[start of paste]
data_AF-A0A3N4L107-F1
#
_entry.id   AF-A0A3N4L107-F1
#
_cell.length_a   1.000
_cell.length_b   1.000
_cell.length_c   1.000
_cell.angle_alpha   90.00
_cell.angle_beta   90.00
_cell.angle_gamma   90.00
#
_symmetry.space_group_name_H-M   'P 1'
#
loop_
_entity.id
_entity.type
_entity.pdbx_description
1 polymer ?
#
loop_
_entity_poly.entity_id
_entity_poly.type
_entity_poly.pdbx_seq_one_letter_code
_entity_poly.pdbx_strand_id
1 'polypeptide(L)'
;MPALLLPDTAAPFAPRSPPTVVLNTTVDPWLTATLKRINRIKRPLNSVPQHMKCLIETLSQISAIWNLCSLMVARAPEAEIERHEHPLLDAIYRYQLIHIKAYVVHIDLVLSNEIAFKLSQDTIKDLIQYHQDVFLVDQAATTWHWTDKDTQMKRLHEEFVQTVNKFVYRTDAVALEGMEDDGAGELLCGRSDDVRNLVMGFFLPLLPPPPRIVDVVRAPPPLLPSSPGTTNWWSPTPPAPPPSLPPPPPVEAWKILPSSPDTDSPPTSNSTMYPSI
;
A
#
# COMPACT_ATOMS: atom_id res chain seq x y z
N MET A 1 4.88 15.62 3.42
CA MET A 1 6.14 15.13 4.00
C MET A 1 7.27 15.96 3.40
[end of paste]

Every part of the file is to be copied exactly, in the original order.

data_AF-A0A3N4L107-F1
#
_entry.id   AF-A0A3N4L107-F1
#
_cell.length_a   1.000
_cell.length_b   1.000
_cell.length_c   1.000
_cell.angle_alpha   90.00
_cell.angle_beta   90.00
_cell.angle_gamma   90.00
#
_symmetry.space_group_name_H-M   'P 1'
#
loop_
_entity.id
_entity.type
_entity.pdbx_description
1 polymer ?
#
loop_
_entity_poly.entity_id
_entity_poly.type
_entity_poly.pdbx_seq_one_letter_code
_entity_poly.pdbx_strand_id
1 'polypeptide(L)'
;MPALLLPDTAAPFAPRSPPTVVLNTTVDPWLTATLKRINRIKRPLNSVPQHMKCLIETLSQISAIWNLCSLMVARAPEAEIERHEHPLLDAIYRYQLIHIKAYVVHIDLVLSNEIAFKLSQDTIKDLIQYHQDVFLVDQAATTWHWTDKDTQMKRLHEEFVQTVNKFVYRTDAVALEGMEDDGAGELLCGRSDDVRNLVMGFFLPLLPPPPRIVDVVRAPPPLLPSSPGTTNWWSPTPPAPPPSLPPPPPVEAWKILPSSPDTDSPPTSNSTMYPSI
;
A
#
# COMPACT_ATOMS: atom_id res chain seq x y z
N MET A 1 4.88 15.62 3.42
CA MET A 1 6.14 15.13 4.00
C MET A 1 7.27 15.96 3.40